O’Neill knew nothing so well as his own early adulthood at Monte Cristo Cottage in New London, Connecticut, a harbor-side house named for the play his father had enacted so many times. In 1912, the year in which Long Day’s Journey Into Night takes place – over the course of a single summer day, from 8 in the morning until midnight – O’Neill learned he had tuberculosis and needed to be sent to a sanatorium. In the meantime, he had to cope with his mother’s morphine addiction, the result of a prescription by a cheap quack doctor when she was pregnant with him; with his elder brother’s alcoholism, which would eventually kill him; and with his father’s irrational miserliness, which had caused him to sacrifice a promising career as a leading Shakespearean actor in favor of endless performances of the frivolous but lucrative Monte Cristo. These true elements are the stuff of Long Day’s Journey, and by waiting until he was a mature playwright to dramatize his own self-dramatizing family, O’Neill created the greatest of his plays. Unlike many of his earlier dramas, Long Day’s Journey contains little physical violence, but the psychological bloodletting is real and intense. In writing so uncompromisingly about one family, O’Neill created a play about all families.

When, in 1956, three years after O’Neill’s death, his widow Carlotta Monterey decided to have Long Day’s Journey Into Night produced on Broadway, she knew she was going to entrust the play to a young director named José Quintero. Early that year, Quintero had staged an Off-Broadway revival of the previously unsuccessful Iceman Cometh, starring a young actor named Jason Robards. The revival was a smash. For the Broadway premiere of Long Day’s Journey, Quintero cast Robards as Jamie Tyrone, the elder brother; Bradford Dillman as Edmund Tyrone (the character representing O’Neill himself); Fredric March as James Tyrone, the father; and Florence Eldridge as Mary Tyrone, the mother.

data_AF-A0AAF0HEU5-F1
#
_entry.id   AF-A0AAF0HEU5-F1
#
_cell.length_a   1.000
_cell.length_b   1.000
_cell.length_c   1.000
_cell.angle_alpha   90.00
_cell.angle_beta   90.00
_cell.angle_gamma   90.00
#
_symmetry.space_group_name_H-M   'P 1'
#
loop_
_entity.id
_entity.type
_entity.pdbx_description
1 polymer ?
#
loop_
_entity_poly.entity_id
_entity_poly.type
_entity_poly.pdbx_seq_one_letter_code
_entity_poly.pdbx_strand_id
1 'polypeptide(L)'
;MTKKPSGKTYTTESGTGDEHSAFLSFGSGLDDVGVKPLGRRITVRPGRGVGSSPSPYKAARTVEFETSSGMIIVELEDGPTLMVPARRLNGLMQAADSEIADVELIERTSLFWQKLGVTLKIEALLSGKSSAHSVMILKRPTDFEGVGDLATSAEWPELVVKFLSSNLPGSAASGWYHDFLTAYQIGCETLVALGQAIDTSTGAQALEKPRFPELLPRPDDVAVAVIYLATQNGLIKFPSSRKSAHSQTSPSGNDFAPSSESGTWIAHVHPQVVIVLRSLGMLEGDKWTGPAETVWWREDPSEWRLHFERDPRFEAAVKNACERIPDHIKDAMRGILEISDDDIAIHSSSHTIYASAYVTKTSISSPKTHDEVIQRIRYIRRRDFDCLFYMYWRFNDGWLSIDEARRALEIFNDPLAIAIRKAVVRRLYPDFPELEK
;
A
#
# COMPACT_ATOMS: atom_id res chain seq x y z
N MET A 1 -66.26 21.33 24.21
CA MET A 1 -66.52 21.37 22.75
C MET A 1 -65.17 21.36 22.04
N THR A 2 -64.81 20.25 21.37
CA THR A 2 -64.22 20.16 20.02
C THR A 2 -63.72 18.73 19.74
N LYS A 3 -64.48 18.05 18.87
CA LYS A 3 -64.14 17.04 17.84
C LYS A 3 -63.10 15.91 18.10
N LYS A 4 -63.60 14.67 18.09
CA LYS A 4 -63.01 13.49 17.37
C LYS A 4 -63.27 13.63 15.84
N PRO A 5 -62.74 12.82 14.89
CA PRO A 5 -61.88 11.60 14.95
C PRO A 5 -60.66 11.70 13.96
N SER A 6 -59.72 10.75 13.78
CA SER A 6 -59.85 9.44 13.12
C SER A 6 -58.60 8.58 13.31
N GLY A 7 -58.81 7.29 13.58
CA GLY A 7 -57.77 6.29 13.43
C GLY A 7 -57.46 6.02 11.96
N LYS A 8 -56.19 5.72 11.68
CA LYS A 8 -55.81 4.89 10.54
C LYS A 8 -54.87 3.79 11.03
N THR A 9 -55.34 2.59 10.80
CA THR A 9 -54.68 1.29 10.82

When the curtain fell on the opening night performance on November 7, 1956, the stunned audience was silent for nearly a minute, and then rushed the stage for a half-hour ovation. The critics were rapturous. “A stunning theatrical experience,” wrote Walter Kerr in New York Herald Tribune. The O’Neill renaissance, which dates from 1956, continues to this day.


Long Day’s Journey Into Night can be seen in a full production, with period sets and costumes, and professional actors, at the San Miguel Playhouse, for eight performances between August 17 and 27, Thursday through Saturday at 6pm, and Sunday at 2pm. This is the debut production of La Troupe, San Miguel’s first bilingual theater company. The play will be presented in Spanish, as Largo Viaje Hacia La Noche, but projected English supertitles will make the play fully accessible to all native English-speakers in San Miguel.
Tickets for seats with clear supertitle visibility are 300 and 200 pesos. For seats with limited supertitle visibility, tickets are 100 pesos. The box office, open Monday through Friday from 10am to 2pm, is at 57 Mesones, corner of Relox. Tickets can also be purchased on line by visiting La Troupe’s website, www.latroupemexico.com.


Fredric Dan­nen is a jour­nal­ist and author with a spe­cial­ty in crim­i­nal jus­tice. He has been a staff writer for the New York­er and Van­i­ty Fair.

In 1990, Hit Men, his book about the Amer­i­can music indus­try and the influ­ence of orga­nized crime, spent a mon­th on the New York Times best­seller list. The book is #2 on Billboard's list of 100 Greatest Music Books of All Time. One of his Van­i­ty Fair arti­cles prompt­ed the Six­th Cir­cuit Court of Appeals to rebuke the U.S. Jus­tice Dept. for fraud­u­lent­ly with­hold­ing excul­pa­to­ry evi­dence in the case of Cleve­land auto work­er John Dem­jan­juk, who was extra­dit­ed, wrong­ly con­vict­ed, and sen­tenced to hang in Israel as the Nazi war-criminal “Ivan the Ter­ri­ble.” He secured the only inter­view given by Los Ange­les police chief Daryl Gates on the heels of the infa­mous Rod­ney King beat­ing, and the only inter­view ever given by crime boss Loren­zo Nichols, the crack king­pin of New York City.

While con­duct­ing research for a forth­com­ing book, Dan­nen uncov­ered lost evi­dence in the case of Calv­in Wash­ing­ton, a Tex­an wrong­ly con­vict­ed of homi­cide. As the direct result of Dannen’s efforts, Calv­in Wash­ing­ton won a full par­don for inno­cence, the first ever grant­ed by Tex­as gov­er­nor Rick Per­ry under the state’s DNA statute.